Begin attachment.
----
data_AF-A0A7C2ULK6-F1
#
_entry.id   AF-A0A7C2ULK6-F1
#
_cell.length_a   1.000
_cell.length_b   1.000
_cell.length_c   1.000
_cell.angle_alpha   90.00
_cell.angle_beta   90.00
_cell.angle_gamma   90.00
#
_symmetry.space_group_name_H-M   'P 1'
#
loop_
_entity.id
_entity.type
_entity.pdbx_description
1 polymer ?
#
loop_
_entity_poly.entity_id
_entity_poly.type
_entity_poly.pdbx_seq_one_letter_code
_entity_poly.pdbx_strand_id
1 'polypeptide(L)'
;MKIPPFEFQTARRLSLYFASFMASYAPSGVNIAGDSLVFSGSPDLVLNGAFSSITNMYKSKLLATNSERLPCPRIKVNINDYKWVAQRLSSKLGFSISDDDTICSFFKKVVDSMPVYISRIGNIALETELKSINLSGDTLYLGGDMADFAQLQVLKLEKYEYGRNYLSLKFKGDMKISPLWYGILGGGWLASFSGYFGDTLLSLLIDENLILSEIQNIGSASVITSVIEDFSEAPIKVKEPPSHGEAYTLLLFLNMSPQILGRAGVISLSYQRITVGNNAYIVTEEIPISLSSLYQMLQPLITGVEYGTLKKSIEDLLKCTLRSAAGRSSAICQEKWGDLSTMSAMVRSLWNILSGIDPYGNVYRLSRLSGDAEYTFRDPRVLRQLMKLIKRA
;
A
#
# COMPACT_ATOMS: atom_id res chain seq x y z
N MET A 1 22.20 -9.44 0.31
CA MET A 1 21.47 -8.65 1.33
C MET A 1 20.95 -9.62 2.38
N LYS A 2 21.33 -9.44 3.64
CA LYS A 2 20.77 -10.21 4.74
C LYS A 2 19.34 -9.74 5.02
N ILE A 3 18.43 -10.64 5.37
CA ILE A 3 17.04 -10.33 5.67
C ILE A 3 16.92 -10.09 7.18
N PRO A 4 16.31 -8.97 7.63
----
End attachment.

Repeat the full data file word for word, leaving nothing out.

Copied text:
data_AF-A0A7C2ULK6-F1
#
_entry.id   AF-A0A7C2ULK6-F1
#
_cell.length_a   1.000
_cell.length_b   1.000
_cell.length_c   1.000
_cell.angle_alpha   90.00
_cell.angle_beta   90.00
_cell.angle_gamma   90.00
#
_symmetry.space_group_name_H-M   'P 1'
#
loop_
_entity.id
_entity.type
_entity.pdbx_description
1 polymer ?
#
loop_
_entity_poly.entity_id
_entity_poly.type
_entity_poly.pdbx_seq_one_letter_code
_entity_poly.pdbx_strand_id
1 'polypeptide(L)'
;MKIPPFEFQTARRLSLYFASFMASYAPSGVNIAGDSLVFSGSPDLVLNGAFSSITNMYKSKLLATNSERLPCPRIKVNINDYKWVAQRLSSKLGFSISDDDTICSFFKKVVDSMPVYISRIGNIALETELKSINLSGDTLYLGGDMADFAQLQVLKLEKYEYGRNYLSLKFKGDMKISPLWYGILGGGWLASFSGYFGDTLLSLLIDENLILSEIQNIGSASVITSVIEDFSEAPIKVKEPPSHGEAYTLLLFLNMSPQILGRAGVISLSYQRITVGNNAYIVTEEIPISLSSLYQMLQPLITGVEYGTLKKSIEDLLKCTLRSAAGRSSAICQEKWGDLSTMSAMVRSLWNILSGIDPYGNVYRLSRLSGDAEYTFRDPRVLRQLMKLIKRA
;
A
#
# COMPACT_ATOMS: atom_id res chain seq x y z
N MET A 1 22.20 -9.44 0.31
CA MET A 1 21.47 -8.65 1.33
C MET A 1 20.95 -9.62 2.38
N LYS A 2 21.33 -9.44 3.64
CA LYS A 2 20.77 -10.21 4.74
C LYS A 2 19.34 -9.74 5.02
N ILE A 3 18.43 -10.64 5.37
CA ILE A 3 17.04 -10.33 5.67
C ILE A 3 16.92 -10.09 7.18
N PRO A 4 16.31 -8.97 7.63